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Managed Aquifer Recharge

The Pajaro Valley Groundwater Basin includes about 75,000 acres in southern Santa Cruz County, northern Monterey County, and a small portion of western San Benito County. The area supports a unique and valuable agriculture industry producing high value fruit, vegetable, flower, and other crops. In addition to providing water for about 30,000 acres of commercial crop production, the basin supplies water for the City of Watsonville, rural residential homes, and supports riparian and estuarine habitat for protected species like steelhead and California red-legged frog.

An average of 55,000 acre-feet of water is used each year to meet the water demand in the Pajaro Valley. The vast majority of that water is extracted from the groundwater basin, and most of it is used to irrigate commercial crops. There is no imported water supply. Over the past several decades, groundwater pumping has led to an overdraft of the groundwater basin. Lowered water levels eventually caused seawater to intrude into freshwater aquifers.

Distributed Stormwater Collection and Managed Aquifer Recharge (MAR) is a landscape management strategy that can help to reduce aquifer overdraft and maintain long-term water supply reliability. These types of projects collect and infiltrate excess hillslope runoff before it reaches a stream by using a variety of techniques including streambank filtration, dry wells, and dedicated infiltration basins.

In 2014, the RCD partnered with UCSC’s Hydrogeology Group, securing support from the California State Coastal Conservancy, to complete a Regional MAR and Runoff Analysis for Santa Cruz and Northern Monterey Counties, and to develop information and decision support tools to optimize storm runoff collection and MAR project design. More information about that work can be found by clicking here.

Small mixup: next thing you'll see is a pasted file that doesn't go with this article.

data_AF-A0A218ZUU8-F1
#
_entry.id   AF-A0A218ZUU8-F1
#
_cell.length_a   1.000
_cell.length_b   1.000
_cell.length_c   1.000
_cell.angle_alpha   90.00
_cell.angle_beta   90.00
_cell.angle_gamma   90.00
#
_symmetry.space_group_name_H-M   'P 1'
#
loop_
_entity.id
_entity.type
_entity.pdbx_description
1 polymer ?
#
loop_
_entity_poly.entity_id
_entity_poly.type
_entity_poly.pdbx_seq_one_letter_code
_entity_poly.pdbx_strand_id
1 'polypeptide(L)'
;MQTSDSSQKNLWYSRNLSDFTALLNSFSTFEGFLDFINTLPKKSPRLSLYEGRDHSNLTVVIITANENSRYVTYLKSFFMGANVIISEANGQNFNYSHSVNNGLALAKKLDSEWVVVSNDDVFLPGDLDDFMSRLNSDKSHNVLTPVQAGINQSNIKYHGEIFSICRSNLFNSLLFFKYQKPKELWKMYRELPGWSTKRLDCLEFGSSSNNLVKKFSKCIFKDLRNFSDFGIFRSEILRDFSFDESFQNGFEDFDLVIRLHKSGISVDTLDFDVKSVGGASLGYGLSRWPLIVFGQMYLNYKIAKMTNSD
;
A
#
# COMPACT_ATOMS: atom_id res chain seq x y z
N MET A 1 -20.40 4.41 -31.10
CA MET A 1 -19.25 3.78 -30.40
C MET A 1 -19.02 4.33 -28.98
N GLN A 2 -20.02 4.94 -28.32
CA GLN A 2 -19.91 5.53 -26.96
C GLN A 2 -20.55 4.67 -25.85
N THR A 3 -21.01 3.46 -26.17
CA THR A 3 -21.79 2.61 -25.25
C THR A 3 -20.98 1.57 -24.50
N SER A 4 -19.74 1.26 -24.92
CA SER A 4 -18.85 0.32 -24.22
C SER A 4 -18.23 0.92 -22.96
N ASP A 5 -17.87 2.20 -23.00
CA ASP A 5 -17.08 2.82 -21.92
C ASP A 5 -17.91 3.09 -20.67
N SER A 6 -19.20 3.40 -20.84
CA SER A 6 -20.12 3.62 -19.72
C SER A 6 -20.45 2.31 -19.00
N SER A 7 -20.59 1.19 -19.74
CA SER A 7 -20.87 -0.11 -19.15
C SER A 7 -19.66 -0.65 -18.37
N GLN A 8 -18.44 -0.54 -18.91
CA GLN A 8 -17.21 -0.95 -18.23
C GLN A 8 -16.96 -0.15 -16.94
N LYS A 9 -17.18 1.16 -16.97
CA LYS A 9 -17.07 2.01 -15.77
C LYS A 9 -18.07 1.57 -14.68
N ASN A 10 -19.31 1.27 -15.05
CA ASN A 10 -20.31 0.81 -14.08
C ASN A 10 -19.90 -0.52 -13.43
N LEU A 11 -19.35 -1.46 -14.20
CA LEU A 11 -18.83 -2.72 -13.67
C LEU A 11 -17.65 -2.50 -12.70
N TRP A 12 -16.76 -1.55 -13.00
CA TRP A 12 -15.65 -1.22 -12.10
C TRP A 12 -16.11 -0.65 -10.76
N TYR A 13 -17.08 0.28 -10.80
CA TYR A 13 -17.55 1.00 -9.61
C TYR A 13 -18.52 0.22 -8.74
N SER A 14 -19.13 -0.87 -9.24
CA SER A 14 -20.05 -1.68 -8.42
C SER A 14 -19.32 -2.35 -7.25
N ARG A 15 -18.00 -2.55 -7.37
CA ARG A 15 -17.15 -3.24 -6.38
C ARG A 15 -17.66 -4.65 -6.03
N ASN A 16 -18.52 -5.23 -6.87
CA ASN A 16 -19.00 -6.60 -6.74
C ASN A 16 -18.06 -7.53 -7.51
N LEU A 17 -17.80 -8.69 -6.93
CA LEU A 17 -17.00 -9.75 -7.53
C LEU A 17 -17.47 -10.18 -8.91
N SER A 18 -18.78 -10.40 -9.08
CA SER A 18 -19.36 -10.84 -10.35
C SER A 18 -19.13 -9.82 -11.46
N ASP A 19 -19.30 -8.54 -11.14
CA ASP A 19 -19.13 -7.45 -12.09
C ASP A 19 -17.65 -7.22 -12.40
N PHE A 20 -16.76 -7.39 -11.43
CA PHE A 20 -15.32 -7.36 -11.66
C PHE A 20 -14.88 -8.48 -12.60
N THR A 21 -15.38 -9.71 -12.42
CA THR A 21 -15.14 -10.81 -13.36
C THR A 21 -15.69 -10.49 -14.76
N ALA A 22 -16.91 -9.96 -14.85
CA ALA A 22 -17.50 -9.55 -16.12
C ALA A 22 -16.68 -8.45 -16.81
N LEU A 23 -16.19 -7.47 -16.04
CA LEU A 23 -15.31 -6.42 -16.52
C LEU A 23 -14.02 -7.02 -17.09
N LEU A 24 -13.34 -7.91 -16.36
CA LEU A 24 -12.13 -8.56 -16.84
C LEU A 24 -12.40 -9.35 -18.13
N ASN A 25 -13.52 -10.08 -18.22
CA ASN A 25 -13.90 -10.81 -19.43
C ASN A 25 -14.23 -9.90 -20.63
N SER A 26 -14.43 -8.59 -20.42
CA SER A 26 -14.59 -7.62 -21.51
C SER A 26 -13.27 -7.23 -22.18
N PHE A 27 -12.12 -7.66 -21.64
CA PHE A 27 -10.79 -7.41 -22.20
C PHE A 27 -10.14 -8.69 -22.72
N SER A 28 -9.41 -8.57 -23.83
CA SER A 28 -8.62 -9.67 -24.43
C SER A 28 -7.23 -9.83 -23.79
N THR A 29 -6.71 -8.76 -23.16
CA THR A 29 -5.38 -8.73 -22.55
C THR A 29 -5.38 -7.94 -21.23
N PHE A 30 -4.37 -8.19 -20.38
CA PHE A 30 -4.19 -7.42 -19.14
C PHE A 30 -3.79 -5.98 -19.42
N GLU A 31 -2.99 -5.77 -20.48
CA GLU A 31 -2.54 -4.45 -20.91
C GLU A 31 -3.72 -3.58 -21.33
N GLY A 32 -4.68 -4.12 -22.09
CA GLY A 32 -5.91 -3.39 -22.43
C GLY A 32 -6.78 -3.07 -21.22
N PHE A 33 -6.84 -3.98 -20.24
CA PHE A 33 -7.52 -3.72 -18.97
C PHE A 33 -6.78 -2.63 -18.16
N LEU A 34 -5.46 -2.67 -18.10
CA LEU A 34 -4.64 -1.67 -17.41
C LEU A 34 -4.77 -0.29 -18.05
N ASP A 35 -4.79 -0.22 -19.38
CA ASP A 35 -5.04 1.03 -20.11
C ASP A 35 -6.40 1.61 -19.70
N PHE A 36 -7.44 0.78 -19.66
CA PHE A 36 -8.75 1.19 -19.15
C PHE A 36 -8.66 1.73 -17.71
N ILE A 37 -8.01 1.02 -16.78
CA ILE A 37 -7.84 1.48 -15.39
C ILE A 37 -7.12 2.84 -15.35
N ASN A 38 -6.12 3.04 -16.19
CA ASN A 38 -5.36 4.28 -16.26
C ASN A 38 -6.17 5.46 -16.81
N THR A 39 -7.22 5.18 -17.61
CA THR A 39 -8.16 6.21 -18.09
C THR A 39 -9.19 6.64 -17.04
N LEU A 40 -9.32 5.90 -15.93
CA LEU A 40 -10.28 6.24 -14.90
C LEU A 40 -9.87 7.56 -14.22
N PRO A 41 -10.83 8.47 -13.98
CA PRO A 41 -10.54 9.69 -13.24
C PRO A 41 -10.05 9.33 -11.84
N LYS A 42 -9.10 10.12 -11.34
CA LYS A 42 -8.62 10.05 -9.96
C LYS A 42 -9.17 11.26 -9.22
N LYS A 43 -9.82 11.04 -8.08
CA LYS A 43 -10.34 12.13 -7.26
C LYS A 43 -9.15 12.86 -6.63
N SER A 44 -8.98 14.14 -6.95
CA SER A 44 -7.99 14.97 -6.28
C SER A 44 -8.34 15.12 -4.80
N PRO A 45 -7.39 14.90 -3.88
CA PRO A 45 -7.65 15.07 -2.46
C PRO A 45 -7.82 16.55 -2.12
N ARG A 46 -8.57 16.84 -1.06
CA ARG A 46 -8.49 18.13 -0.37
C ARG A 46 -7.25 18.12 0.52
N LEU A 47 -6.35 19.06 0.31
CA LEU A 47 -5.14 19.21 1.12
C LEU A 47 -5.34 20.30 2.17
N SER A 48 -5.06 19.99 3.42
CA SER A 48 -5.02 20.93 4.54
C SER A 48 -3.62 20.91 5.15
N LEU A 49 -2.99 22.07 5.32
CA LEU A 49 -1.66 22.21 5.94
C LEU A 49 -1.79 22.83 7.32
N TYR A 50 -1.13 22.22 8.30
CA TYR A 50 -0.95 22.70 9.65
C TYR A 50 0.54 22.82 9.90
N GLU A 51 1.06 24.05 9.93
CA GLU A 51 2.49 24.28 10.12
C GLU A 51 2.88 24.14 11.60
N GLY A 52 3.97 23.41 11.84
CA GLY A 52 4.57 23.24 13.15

Distributed Stormwater Collection and Managed Aquifer Recharge Data

Recharge Net Metering Program

Through a local collaborative effort, private landowners, the RCD, Pajaro Valley Water Management Agency, and University of California Santa Cruz are implementing the Recharge Net Metering Program (ReNeM), that incentivizes private landowners to install MAR systems on their land. These MAR stormwater collection and infiltration systems are carefully designed and managed to provide benefits to both groundwater supply and water quality.

To promote the construction of MAR projects, the ReNeM Program gives rebates on a landowner’s water bill. The amount varies based on the volume of water infiltrated through the system that is installed. This helps offset the costs of operation and maintenance of the system. Participating landowners are making a valuable contribution to the Pajaro Valley groundwater supply.

Project Under Consideration:
Curtis Infiltration Pond

Selected Projects:
Bokariza-Drobac Infiltration Basin
Kelly Thompson Recharge Basin
Storrs Water and Sediment Control Project

Contact the RCD for assistance.

Conservation benefit: Supports long-term groundwater sustainability by adding high quality water to our groundwater supply.

Partners:
Natural Resources Conservation Service
Pajaro Valley Water Management Agency
Private Landowners
University of California Santa Cruz

Funders:
California Department of Water Resources
California State Coastal Conservancy
Gordon & Betty Moore Foundation (via UCSC)
Natural Resources Conservation Service
Pajaro Valley Water Management Agency
Private Landowners
State Water Resources Control Board
University of California at Santa Cruz

RCD Contact: Erin McCarthy

We would like to see efforts of this kind extended across the region and around the state, using successes from the Central Coast as a modifiable, flexible template for incentivizing more sustainable resource stewardship. - Dr. Andy Fisher, UCSC

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